“Got a revolution, got to revolution.” Jefferson Airplane, Revolution (1969)

in our new book, Competitive Intelligence Rescue: Getting It Right (Praeger 2017), Carolyn Vella and I relate a case dealing with DIY CI (chapter 8). . Let me give you a couple of my thoughts on DIY CI.

Remember that the CI universe today has three basic research and analysis epicenters:

  1. CI professionals within an enterprise (including adjuncts such as researchers sited in libraries/information centers)
  2. Independent CI professionals who consult for/research for that and other enterprises
  3. Internal DIYers.

My own perception is that the first group is static or growing slowly, the second is stable or slightly declining, and that the third is growing steadily. Compared with 10 or 20 years ago, the existence of DIY CI marks an important evolution, if not revolution, in CI. Those growth trends, if they continue, may fundamentally change the CI “business”.

One plus from this is that it shows an increasing use of CI in enterprises, coupled with better access to end-users, particularly since the end-user in DIY CI is the person who generates the CI. It should also mean that the time between a perceiving a need for CI and its creation could fall.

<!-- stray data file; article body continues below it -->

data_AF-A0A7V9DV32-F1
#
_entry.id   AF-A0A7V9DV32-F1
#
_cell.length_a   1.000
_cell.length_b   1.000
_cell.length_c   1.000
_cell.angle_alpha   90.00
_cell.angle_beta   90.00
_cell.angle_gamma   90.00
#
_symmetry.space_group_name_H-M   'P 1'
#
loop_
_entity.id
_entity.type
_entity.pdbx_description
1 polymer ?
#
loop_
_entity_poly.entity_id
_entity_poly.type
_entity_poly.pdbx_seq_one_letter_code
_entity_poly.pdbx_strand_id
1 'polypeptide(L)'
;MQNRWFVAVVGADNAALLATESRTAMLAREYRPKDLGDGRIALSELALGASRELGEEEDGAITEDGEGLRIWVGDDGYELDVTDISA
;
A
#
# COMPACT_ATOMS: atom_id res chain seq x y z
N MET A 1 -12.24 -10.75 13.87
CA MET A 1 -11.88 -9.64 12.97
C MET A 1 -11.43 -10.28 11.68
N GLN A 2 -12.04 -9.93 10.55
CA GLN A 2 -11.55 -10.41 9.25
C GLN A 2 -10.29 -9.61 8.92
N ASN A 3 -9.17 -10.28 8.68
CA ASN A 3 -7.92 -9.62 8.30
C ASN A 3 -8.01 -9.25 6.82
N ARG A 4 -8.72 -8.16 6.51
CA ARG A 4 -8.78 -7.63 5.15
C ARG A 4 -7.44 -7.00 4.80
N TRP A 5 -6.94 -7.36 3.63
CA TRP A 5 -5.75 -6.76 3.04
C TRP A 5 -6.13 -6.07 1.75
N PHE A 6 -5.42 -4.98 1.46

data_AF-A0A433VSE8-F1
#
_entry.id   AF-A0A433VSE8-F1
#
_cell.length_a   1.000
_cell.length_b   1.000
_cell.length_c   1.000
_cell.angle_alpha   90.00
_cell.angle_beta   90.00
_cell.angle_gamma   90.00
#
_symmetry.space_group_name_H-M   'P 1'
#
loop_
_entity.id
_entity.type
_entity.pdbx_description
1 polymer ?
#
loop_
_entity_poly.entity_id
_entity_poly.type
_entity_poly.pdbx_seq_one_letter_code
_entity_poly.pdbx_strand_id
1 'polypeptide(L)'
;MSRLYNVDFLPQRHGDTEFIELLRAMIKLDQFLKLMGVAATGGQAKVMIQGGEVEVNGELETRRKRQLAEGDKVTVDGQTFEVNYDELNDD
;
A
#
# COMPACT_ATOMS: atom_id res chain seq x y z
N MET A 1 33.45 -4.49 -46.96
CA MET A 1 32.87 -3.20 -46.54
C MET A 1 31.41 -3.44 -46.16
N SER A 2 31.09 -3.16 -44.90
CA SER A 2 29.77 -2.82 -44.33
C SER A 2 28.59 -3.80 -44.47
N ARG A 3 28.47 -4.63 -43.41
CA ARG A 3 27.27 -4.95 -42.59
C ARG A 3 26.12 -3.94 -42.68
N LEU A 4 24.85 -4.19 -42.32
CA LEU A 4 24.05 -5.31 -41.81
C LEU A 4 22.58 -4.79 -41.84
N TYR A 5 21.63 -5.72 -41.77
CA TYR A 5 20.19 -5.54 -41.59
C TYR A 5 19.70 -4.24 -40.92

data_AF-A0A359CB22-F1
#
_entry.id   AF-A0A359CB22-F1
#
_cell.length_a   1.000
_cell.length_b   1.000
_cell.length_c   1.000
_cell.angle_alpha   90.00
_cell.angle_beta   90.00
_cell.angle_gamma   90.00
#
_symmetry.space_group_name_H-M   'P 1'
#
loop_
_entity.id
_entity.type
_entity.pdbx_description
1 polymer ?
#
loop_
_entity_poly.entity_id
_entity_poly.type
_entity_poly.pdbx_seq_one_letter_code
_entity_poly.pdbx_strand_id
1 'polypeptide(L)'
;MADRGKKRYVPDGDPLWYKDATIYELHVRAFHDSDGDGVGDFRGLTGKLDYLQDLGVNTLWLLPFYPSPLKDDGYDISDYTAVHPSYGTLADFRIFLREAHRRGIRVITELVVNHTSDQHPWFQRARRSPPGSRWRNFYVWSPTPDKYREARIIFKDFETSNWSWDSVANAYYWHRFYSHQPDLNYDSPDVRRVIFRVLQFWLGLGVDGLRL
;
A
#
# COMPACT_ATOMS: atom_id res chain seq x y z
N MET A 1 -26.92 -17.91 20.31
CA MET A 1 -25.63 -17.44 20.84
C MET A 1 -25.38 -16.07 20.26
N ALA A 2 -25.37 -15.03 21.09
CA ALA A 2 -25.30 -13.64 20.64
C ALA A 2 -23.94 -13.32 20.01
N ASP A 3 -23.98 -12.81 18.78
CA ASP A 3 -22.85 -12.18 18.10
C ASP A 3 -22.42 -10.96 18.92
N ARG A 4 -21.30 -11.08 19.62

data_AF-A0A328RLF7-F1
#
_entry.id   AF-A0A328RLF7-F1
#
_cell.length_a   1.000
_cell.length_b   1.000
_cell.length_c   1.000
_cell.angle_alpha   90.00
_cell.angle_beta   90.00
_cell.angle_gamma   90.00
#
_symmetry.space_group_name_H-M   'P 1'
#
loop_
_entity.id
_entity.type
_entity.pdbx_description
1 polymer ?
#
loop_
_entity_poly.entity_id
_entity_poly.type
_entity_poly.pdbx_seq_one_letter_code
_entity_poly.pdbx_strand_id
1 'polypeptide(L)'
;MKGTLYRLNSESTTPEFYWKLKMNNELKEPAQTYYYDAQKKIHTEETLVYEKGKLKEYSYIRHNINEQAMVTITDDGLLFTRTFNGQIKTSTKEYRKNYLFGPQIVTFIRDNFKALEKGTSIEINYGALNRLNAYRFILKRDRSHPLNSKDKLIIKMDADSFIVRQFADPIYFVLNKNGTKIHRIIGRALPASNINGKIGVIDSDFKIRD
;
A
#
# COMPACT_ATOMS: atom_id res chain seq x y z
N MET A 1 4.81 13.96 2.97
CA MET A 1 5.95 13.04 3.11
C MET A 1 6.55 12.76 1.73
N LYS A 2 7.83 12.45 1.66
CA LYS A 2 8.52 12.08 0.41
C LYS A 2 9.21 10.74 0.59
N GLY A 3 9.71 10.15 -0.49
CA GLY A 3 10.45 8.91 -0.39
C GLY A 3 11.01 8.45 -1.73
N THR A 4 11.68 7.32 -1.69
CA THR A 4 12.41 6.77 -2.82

However, there are also some minuses:

  • Those producing the CI will necessarily have narrower experiences in producing it, since they deal only with one client. That could result in a loss of professional perspective or even the failure to develop it.
  • The use of elicitation interviews will necessarily fall, thus diminishing use of a proven, valuable primary research resource.

What does this mean? One consequence could be that CI degenerate into several subspecialties where experience and developments are not easily transferable, such as IT CI, pharma CI, B2C CI, etc. Another consequence could be that CI could morph into a discipline that will not be able to look forward as easily as is it can look back and look at the present. Why? Because data on future actions and intentions lies with people to a significantly greater degree than in published sources. A third could be the separation of early warning processes from everyday CI, in part due to the lack of necessary broad perspectives among internal personnel.

What to do to keep these trends from “damaging” CI? (Sorry, I know that is a loaded question, but that is how I see it):

  • Institute regular awareness sessions and focused training both on producing CI and on using it. To avoid inbreeding, vary the sources for that training. That is use insiders, then external resources, and vary the outside providers over time.